First weeks of study

The first weeks of study are an important part of your success. Being organised and prepared will go a long way to help you when the study periods become busier.

The following provides an overview of the key areas that you should consider. 

More information on these topics, including interactive activities, is available through the online Distance Learning Orientation course available within Stream.

Step 1: Review and organise your study materials and requirements

  • Review the course structure and assessment requirements and ensure you are familiar with the important contacts for your courses. All this information can be found in your Administration Guide. See dispatch of study materials to find out when you should receive your materials.
  • Order your text books. If you are buying second hand text books ensure it is exactly the same as the book you need, including the same edition.
  • Familiarise yourself with the Stream online environment. Log in to Stream to ensure your user account has been set up and take the opportunity to review the Student Guide to Stream.
  • If you have contact workshops ensure you register early and arrange time off work, accommodation, transport, etc.
  • Ensure you know when you need to pay your fees.
  • Ensure you have your student ID card.

If you have not received your study materials by the first week of the semester contact us

Step 2: Put together a semester calendar

A semester calendar with all your key dates can help you to plan your study and ensure that you do not miss any important deadlines.

You should include:

  • Dates for assignments, exams and any contact courses. These included in your Administration Guide.
  • Personal commitments - birthdays, holidays, sports, weddings, etc. 
  • Semester start and end dates.
  • Dates for changing and withdrawing from study.

Step 3: Organise a study area at home

Having a quiet place to study is an important part of distance learning. While you have more flexibility about when you study you still need to find the equivalent 'lecture' time in your daily routine.

  • Find a good study space. Ensure it is a space where you will not be interrupted or have to pack up each night (ie the dinning room table). It is much easier to remember to study if your books are staring at you!
  • Have good supply of stationary at hand.
  • Talk with your family about your study, what you are doing and what support/assistance you might need ie quiet study periods, partner to help with the children, and so on.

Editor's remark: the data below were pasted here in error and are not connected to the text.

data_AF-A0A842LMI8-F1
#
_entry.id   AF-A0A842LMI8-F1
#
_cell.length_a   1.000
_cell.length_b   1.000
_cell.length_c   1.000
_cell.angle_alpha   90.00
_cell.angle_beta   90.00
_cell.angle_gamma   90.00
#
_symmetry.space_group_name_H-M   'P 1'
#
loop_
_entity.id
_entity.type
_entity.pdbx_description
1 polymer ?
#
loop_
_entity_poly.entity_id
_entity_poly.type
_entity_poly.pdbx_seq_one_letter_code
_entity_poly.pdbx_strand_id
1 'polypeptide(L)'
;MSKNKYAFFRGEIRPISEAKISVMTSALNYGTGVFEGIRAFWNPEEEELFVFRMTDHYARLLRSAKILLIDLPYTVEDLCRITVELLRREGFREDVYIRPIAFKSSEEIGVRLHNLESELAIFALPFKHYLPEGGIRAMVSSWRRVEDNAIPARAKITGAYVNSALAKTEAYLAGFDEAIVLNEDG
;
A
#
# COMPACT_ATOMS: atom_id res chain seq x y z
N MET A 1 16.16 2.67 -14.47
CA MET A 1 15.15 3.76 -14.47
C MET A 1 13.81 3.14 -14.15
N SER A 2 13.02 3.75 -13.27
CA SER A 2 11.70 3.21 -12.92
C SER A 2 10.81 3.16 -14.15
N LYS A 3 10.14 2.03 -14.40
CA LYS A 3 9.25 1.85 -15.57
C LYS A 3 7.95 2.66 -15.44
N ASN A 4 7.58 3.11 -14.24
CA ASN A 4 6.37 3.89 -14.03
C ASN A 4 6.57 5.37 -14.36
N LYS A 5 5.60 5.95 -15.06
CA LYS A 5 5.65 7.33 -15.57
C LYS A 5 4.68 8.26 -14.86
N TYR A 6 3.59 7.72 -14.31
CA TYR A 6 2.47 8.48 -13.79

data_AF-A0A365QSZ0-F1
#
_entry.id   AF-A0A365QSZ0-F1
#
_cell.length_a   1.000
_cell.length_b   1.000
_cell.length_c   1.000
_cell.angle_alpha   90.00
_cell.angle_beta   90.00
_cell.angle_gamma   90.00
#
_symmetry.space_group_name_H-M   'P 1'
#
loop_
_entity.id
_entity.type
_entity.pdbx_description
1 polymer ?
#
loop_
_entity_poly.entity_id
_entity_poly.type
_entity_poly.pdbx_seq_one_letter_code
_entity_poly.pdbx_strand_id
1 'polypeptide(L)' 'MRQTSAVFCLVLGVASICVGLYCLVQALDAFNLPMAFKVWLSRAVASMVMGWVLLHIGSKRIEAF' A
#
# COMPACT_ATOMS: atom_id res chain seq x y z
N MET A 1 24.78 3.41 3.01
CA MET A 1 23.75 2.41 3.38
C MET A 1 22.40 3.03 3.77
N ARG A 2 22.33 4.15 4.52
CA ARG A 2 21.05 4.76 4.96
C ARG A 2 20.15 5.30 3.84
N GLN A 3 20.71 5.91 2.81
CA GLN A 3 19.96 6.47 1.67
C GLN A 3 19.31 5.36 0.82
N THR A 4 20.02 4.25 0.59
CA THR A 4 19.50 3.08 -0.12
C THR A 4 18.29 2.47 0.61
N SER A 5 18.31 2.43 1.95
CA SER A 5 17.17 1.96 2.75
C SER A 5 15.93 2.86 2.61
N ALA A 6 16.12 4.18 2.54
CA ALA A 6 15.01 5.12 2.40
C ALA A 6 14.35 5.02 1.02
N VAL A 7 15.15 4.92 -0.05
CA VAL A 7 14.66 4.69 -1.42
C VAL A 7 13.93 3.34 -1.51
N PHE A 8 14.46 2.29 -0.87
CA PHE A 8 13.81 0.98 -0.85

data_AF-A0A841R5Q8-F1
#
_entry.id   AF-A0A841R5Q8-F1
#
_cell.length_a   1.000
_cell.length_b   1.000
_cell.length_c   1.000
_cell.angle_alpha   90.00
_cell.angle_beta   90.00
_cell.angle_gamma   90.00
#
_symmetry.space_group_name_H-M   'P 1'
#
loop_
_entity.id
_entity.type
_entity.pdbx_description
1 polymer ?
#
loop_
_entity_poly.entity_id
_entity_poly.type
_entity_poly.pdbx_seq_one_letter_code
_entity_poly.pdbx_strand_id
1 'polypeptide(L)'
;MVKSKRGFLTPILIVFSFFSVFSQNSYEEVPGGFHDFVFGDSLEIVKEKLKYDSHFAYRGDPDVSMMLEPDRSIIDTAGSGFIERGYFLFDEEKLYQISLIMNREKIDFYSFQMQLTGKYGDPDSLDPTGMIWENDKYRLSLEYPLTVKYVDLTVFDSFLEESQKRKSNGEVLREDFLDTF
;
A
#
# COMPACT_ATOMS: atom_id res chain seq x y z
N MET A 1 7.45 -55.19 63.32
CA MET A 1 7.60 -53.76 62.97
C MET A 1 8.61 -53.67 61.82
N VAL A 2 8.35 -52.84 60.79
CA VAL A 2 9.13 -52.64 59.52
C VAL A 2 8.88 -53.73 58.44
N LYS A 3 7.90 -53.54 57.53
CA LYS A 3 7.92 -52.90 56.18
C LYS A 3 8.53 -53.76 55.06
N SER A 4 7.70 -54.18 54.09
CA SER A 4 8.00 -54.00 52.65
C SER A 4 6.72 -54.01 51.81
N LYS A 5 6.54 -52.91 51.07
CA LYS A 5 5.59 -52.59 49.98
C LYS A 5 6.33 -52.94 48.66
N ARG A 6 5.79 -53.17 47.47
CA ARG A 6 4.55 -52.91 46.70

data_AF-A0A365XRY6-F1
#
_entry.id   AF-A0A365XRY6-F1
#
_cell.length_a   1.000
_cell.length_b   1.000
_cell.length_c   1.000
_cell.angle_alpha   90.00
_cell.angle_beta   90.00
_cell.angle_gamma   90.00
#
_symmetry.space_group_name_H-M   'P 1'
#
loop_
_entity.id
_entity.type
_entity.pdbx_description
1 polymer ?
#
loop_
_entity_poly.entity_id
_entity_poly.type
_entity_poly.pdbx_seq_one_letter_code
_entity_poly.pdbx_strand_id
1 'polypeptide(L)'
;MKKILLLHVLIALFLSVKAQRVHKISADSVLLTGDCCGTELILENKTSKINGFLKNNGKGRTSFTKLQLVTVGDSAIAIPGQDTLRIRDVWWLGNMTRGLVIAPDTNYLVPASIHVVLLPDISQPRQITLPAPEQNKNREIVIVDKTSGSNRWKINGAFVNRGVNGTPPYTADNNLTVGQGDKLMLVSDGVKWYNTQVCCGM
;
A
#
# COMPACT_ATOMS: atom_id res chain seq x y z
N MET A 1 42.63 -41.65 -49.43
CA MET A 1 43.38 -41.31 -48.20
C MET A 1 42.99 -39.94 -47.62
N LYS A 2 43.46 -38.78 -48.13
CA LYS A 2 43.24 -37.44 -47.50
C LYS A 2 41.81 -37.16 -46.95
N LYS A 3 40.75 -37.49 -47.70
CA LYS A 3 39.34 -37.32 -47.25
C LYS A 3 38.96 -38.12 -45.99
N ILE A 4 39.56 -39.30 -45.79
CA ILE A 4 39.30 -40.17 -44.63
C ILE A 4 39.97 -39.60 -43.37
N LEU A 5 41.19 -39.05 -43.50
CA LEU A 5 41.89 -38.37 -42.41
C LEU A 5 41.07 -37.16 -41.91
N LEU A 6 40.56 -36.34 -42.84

Step 4: Familiarise yourself with Massey University

Massey University offers you a number of services and resources. Take the time in these first few weeks to review what is available to you and take advantage of all the support that we offer. For more details see services and facilities for distance students.

Step 5: Refresh your study skills

These first few weeks are also a good time to refresh your study skills. Massey University has a wide range of study resources available through the Online Learning and Writing Link (OWLL) web pages and the Maths First web pages

Step 6: Understand your responsibilities

Massey University recognises that the relationship between students and staff is a partnership where both groups are active participants in learning and teaching at the University. In order to remove uncertainty from the relationship the University decided to enter into an explicit contract with its students. By enrolling at Massey you are offering to enter a contract with the University. The Grievance Procedures referred to in Clause 12 of the Contract are set out in the Calendar. The Contract is formed if and when the University issues a Confirmation of Enrolment.

Massey University accepts its responsibility to provide timely, accurate and helpful information on which you can make your programme planning decisions (refer to Clause 10). However, it is also your responsibility to familiarise yourself with the relevant regulations of the qualification in which you wish to enrol and to ensure you meet all requirements.

It is your responsibility to contact a Course Advisor for any required approvals, clarification of the University’s rules and regulations and for guidance in academic planning. It is also for you to ensure your proposed programme of study has no lecture timetable clashes, to manage your workload and to meet the published requirements of your courses.

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